Art - What is a Line?

What is a Line?

Today in our art seminar this was the question our tutor put to us to look into and what this actually means when looking at mark-making with children. We had a class discussion about what we though was a line and through this realised that a line is actually undefinable in a way as it can be different things to different people, to us art students without line we would be lost as all of our sketches and drawings are made up of lines and put together these create our art and make them into pictures.

Through this discussion many different definitions of line came up, things such as 'something that starts at one end and finishes at another', another was 'you can't get anything simpler than a line' and also 'something that creates form, images and pattern'. We then looked further into it and began questioning if a dot was a line? Or if the space between marks was a line? What do you think?


After this initial discussion we began actually creating lines and were asked to draw lines on a pieces of sugar-paper in groups, the variety and approaches to this task varied with some groups filling the page and working collaboratively whereas others each created their own corners of lines meaning that there was a space in the middle which separated the lines, was this in itself another line?


Why do we use lines? We were asked this question by Sadie after having created our big line pieces [like the one above] and through discussion answers such as we use line for 'decorative use', 'communication' or even 'as a representation of things'. I think that these answers are all valid and that for this question there is no right or wrong answer, or as Sadie put it 'you wont find a bible or book that'll they you that your opinion or answer of a line is wrong'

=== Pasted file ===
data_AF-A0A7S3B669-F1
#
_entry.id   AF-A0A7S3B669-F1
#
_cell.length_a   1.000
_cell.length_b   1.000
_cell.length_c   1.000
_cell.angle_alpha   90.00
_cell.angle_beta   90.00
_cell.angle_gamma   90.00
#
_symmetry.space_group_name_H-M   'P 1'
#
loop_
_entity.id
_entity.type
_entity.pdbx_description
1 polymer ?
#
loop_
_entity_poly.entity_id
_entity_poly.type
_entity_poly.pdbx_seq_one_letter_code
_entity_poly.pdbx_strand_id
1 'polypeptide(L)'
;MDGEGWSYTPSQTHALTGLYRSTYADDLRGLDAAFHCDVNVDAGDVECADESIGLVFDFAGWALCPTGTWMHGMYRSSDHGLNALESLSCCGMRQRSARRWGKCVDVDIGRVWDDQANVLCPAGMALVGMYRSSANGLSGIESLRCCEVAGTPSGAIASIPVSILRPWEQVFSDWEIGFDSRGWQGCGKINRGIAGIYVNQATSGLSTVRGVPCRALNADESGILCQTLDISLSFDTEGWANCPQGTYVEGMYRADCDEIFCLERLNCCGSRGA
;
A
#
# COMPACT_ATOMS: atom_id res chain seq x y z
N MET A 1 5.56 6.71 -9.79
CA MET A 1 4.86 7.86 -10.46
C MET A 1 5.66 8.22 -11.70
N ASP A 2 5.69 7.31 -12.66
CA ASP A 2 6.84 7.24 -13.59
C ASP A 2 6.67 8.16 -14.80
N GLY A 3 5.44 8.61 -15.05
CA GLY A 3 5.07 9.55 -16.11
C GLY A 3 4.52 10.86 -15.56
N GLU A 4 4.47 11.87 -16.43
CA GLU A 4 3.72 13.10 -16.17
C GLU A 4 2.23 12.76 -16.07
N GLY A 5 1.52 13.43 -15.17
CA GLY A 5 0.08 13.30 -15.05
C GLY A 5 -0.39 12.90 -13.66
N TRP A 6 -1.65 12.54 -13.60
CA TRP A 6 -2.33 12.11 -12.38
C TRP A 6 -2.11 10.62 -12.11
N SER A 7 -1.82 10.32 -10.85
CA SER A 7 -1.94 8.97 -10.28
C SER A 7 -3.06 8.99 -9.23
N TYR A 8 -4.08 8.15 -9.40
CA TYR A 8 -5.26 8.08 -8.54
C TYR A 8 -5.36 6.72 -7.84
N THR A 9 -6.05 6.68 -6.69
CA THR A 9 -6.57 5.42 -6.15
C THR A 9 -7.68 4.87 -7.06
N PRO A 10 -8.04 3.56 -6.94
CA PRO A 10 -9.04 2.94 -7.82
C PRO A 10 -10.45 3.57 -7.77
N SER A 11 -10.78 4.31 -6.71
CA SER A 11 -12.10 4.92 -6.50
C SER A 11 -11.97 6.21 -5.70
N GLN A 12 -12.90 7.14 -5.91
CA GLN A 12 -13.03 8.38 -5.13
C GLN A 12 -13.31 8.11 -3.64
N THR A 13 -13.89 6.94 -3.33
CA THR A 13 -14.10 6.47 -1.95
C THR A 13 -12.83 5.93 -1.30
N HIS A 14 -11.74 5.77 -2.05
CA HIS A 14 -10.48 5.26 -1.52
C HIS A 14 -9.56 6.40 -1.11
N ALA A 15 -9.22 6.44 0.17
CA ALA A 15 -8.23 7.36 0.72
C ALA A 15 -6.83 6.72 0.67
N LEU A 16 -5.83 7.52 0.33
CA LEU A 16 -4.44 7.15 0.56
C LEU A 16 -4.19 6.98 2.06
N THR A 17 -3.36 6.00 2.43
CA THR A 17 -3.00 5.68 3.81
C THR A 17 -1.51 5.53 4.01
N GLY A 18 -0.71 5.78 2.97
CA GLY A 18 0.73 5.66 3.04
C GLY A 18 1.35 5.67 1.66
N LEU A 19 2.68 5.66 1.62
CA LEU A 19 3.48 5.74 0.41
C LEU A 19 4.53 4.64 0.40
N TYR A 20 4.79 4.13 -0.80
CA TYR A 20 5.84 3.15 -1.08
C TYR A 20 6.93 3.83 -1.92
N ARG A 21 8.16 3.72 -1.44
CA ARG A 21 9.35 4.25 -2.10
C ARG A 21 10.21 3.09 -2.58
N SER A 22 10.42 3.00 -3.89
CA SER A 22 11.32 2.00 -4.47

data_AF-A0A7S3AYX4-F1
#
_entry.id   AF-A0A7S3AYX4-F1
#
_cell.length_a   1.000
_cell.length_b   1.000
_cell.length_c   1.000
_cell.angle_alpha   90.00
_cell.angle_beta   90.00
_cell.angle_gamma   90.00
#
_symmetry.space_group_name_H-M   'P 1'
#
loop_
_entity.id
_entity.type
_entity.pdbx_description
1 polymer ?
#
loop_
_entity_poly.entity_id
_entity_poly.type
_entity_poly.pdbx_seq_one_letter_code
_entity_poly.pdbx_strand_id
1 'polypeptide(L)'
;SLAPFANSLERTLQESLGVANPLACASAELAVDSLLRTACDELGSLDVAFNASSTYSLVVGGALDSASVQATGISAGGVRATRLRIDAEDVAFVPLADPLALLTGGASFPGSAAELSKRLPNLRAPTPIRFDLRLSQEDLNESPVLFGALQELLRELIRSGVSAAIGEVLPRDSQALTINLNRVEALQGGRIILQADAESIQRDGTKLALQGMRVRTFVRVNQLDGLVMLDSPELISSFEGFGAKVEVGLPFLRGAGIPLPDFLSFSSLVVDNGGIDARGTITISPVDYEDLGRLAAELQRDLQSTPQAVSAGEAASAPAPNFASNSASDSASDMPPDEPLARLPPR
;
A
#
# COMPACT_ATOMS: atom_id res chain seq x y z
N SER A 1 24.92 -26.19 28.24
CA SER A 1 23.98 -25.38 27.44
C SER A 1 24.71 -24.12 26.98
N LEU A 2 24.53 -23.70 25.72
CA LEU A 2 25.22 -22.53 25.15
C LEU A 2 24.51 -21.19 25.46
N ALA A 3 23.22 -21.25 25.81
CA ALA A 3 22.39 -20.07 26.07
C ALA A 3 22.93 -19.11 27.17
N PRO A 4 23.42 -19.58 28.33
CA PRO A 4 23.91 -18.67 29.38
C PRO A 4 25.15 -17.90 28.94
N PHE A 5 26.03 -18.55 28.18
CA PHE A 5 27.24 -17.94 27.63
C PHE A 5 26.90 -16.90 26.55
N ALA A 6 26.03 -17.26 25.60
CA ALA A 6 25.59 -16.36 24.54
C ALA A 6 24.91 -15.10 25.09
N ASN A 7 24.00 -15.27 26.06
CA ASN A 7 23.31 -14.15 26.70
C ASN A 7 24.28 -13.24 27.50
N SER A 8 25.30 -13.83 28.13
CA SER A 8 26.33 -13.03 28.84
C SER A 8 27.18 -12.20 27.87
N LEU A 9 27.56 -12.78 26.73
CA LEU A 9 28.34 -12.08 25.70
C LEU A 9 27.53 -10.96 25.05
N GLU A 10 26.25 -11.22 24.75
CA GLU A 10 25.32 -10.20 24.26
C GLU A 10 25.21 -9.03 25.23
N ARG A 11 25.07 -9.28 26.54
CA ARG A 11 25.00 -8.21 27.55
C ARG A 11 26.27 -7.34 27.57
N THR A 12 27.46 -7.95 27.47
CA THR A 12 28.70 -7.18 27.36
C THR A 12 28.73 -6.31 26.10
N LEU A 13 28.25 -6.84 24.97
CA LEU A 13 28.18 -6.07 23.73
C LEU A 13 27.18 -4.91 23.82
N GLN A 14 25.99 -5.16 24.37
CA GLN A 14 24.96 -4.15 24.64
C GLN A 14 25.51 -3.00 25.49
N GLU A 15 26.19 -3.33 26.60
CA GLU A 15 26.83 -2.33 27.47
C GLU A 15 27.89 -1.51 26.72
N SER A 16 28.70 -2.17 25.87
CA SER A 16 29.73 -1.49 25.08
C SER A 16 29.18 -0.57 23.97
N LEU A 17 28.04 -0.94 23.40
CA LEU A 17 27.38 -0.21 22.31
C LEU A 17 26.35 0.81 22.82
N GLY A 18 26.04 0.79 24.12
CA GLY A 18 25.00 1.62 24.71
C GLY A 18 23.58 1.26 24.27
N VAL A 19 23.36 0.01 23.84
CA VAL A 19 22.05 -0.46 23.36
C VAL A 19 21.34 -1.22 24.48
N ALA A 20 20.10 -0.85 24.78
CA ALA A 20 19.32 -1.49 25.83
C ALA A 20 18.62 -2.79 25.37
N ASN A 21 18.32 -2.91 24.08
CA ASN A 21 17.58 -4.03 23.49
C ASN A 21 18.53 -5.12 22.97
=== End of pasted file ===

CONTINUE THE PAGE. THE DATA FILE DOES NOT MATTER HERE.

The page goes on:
I think that this is very important to consider when looking at mark making with children as they may not have the confidence to put their hand up and say that this is the answer as they might be wrong and with being wrong comes insecurity. For example even in our art class, a class of approximately 28 eighteen year olds we did not feel completely confident answering the question 'what is a line' as we weren't sure. We didn't want to look silly in front of our peers and to have a teacher tell us that we didn't know what a line actually was, especially as we will be teaching others what a line is hopefully very soon! 

But Sadie [our tutor] must have realised this and told us what she does with classes to build confidence so that everyone can put their hands up and give an opinion without looking silly or stupid, she asks three questions:

Do you think this is a line?

Who doesn't think this is a line?

Who isn't sure if this is a line?

I think that this method of getting children to actually put themselves out there and answer is a really good approach and through this children will feel that it is okay not to know, but to ask why. If they think its a line why? If not why? And if your not sure then what is it that makes you not sure?

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